Mid-2003 saw the end of the line for the first A3, when it relinquished its winner’s crown. 881,000 units had been produced, some of these since 2001 at the Györ plant in Hungary. More than 360,000 of them found their way on to the German market. In the compact segment offering more than 110 kW (150 bhp) the A3’s lead over its closest competitor was almost ten per cent. The vehicles for the South American Market were built in the Brazilian plant in Curitiba, where 55,000 units left the production line up to mid-2006.

Time and again, the public showed its great appreciation of the model through the motoring press. Among a succession of prizes and awards collected by the A3, the "Golden Steering Wheel" from "Bild am Sonntag" (1996), the title of "Best Car" (1997, 1999 and 2000) in the "auto, motor und sport" readers’ poll and the

"Auto Trophy" from "Autozeitung" magazine (1997) rank as particular highlights.

The second generation: even more accolades

The second generation of the A3, launched in May 2003, has gone one better. The current A3 was voted "Best Car" in its class in 2006 and shortly afterwards was proclaimed the most sporty car in the compact class by "sport auto". It dominated the Austrian "Autorevue Award" as early as 2003 and in 2005 clinched the title of "Best sport compact" in the British "Car and Driver" magazine.

All the strengths of its predecessor - design, dynamism, supreme quality - have been systematically enhanced on the second series of the A3. The wheelbase has been extended to 2.58 metres - a bonus enjoyed by rear-seat passengers. The three-door model is now 4.21 metres long. The five-door Sportback, which followed in autumn 2004, is longer still by more than 70 mm. The automotive trendsetter, somewhat more spacious at the rear, provides 370 to 1,100 litres of storage space.

The body of the A3 is attractive, safe and sturdy. The distinctive single-frame grille, which has embellished all models since the model facelift in spring 2005, the muscular wings, the powerful shoulders and the flat roof line combine to form an impression of dynamic elegance. All major accident insurance institutes, including the Insurance Institute for Highway Safety in the US, have acknowledged its high level of passive safety.

The new A3 also enjoys extremely good value retention - it was awarded the title of "Wertmeister" ("Value Champion") by "Auto Bild" magazine at the beginning of 2005 based on the fact that after three years it was still able to command 69 per cent of the new-car price.

Interior: cultivated ambience

Once again the interior sets new standards with its impeccable craftsmanship. Soft-action switches and padded trims help to create the highly cultivated ambience. Details such as the round air vents and Z-shaped handbrake lever on the high centre console with its two striking bars provide sporty highlights. The new generation of Audi steering wheels was introduced on the A3 along with the single-frame grille.

The trim lines Attraction, Ambition - the most popular with a share of sales of around 60 % - and Ambiente, accompanied by the Audi exclusive line for the past year, continue to appeal to different customer groups. The extras include high-tech features such as an iPod preparation, adaptive light headlight technology and heated seats at the rear. The S line equipment offers features which are particularly sporty both in function and in look.

In terms of technology too, the A3 model line demonstrates its supremacy over competitors. Six petrol and three diesel engines are available and, with the exception of the economic 1.6-litre petrol unit developing 75 kW (102 bhp), all are new. The 1.6 FSI (85 kW/115 bhp) and the 2.0 FSI (110 kW/150 bhp) feature ultra-efficient petrol direct injection technology developed by Audi.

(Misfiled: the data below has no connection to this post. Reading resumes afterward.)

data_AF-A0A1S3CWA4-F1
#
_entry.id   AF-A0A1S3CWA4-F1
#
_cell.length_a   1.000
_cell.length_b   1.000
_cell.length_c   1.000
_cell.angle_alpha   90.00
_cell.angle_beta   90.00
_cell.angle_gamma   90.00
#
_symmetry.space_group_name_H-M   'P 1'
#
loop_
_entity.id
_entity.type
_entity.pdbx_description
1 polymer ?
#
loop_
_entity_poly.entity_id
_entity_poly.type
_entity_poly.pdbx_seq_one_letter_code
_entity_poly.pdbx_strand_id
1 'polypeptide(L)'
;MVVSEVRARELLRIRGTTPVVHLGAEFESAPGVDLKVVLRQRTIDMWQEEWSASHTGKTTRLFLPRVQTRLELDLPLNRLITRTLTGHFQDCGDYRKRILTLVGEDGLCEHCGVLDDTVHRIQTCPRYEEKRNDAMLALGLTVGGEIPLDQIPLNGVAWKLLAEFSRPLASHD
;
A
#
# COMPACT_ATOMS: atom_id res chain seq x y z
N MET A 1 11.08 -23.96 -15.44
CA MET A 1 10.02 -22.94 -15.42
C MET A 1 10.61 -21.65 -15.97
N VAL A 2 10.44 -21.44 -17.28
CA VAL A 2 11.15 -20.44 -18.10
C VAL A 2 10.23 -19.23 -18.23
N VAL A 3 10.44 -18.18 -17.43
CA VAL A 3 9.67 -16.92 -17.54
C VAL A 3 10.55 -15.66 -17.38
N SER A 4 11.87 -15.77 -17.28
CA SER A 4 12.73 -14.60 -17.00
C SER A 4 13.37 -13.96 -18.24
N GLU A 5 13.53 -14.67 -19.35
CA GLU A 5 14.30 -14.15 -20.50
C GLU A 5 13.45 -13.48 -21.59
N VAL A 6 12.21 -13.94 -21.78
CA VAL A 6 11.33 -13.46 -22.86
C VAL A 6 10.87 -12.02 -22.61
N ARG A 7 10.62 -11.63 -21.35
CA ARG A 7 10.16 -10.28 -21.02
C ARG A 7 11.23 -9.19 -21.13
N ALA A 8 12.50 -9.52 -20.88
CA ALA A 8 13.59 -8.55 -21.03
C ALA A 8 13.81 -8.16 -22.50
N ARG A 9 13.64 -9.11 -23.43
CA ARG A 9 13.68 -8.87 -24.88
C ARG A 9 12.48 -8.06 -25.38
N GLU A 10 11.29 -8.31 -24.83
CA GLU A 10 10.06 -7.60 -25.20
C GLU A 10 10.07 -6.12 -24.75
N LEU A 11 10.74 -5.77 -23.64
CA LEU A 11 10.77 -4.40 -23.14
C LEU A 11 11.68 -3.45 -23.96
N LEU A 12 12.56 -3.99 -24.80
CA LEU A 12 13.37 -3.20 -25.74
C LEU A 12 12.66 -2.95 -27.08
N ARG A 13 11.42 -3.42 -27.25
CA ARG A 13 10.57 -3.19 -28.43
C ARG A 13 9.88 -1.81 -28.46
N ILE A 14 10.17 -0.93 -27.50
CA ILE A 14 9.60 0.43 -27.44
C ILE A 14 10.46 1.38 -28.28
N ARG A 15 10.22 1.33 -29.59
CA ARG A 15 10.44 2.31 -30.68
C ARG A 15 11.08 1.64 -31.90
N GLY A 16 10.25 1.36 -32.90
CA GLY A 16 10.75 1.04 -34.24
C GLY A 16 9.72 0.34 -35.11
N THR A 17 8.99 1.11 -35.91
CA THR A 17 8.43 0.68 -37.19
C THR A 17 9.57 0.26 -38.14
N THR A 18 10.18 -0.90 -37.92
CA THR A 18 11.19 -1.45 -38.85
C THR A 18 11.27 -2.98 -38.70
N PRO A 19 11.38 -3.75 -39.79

The 2.0 TFSI (147 kW/200 bhp) combines this technology with a turbocharger - an ideal mix uniting pulling power and free-revving response. In 2005 and 2006 it was voted "Engine of the year" by a jury composed of international journalists. Thanks to enhanced boost pressure, the TFSI in the brand new S3 has even more power on tap, delivering 195 kW (265 bhp). In the A3 and A3 Sportback, the high-torque and sonorous 3.2-litre V6 developing 184 kW (250 bhp) is the top-of-the-range power plant - it is the first six-cylinder engine in the model series.

The range of TDI engines features a choice of thrifty and powerful four-cylinder units with a displacement of 1.9 litres (77 kW/105 bhp) and 2.0 litres - the latter mustering up 103 kW (140 bhp) and, more recently, 125 kW/170 bhp in addition. All TDI models are now provided with particulate filters as standard.

The potent two-litre diesel units make up 40 % of the engine mix, but the high-powered engine versions also achieve a share of around 13 percent. The performance class of 180 bhp and above only achieved 9 percent for the predecessor model - a trend towards high performance that illustrates how the A3 continues to move further and further ahead of the competition.

The special status enjoyed by the A3 in the compact segment is further underlined by the wide range of state-of-the-art drive technology. The portfolio, along with the precise five-speed and six-speed manual gearboxes, includes the convenient six-speed tiptronic and the innovative S tronic dual-clutch gearbox. The latter can change its six gears in fractions of a second without any noticeable interruption in the power flow.

Share of vehicles with quattro high - and rising

The 3.2 quattro is equipped with quattro permanent four-wheel drive as standard, while this system is available as an option for the 2.0 TFSI and both two-litre diesel engines. Sales figures show how well these sporty technologies have been received: the quattro variants make up 13 % of sales - a figure which is on the rise - and every fourth A3 leaves the production halls with an S tronic or tiptronic transmission.

Superior design qualities are also demonstrated by the suspension of the A3. The electromechanical power steering and the four-link rear suspension, which processes longitudinal and lateral forces separately, are the outstanding features of the running gear. The A3 is dynamic, precise and safe in every situation - as is the brake system with its large discs. The ESP stabilisation system was upgraded in 2005 to include additional convenience and safety functions. All A3 models leave the assembly line with sporty 16-inch, 17-inch or 18-inch wheels.

Up to June 2006, Audi had already produced over 600,000 units. Since 2003, sales figures have increased continuously, breaking the 200,000 barrier for the first time last year. Two new factors have contributed to this result: the Sportback version has been a big hit on the market, achieving a 70 percent share. And the A3 is opening up new markets in the premium compact segment in North America and a series of other countries. No doubt about it - the success story is continuing.

Topic: A3 & S3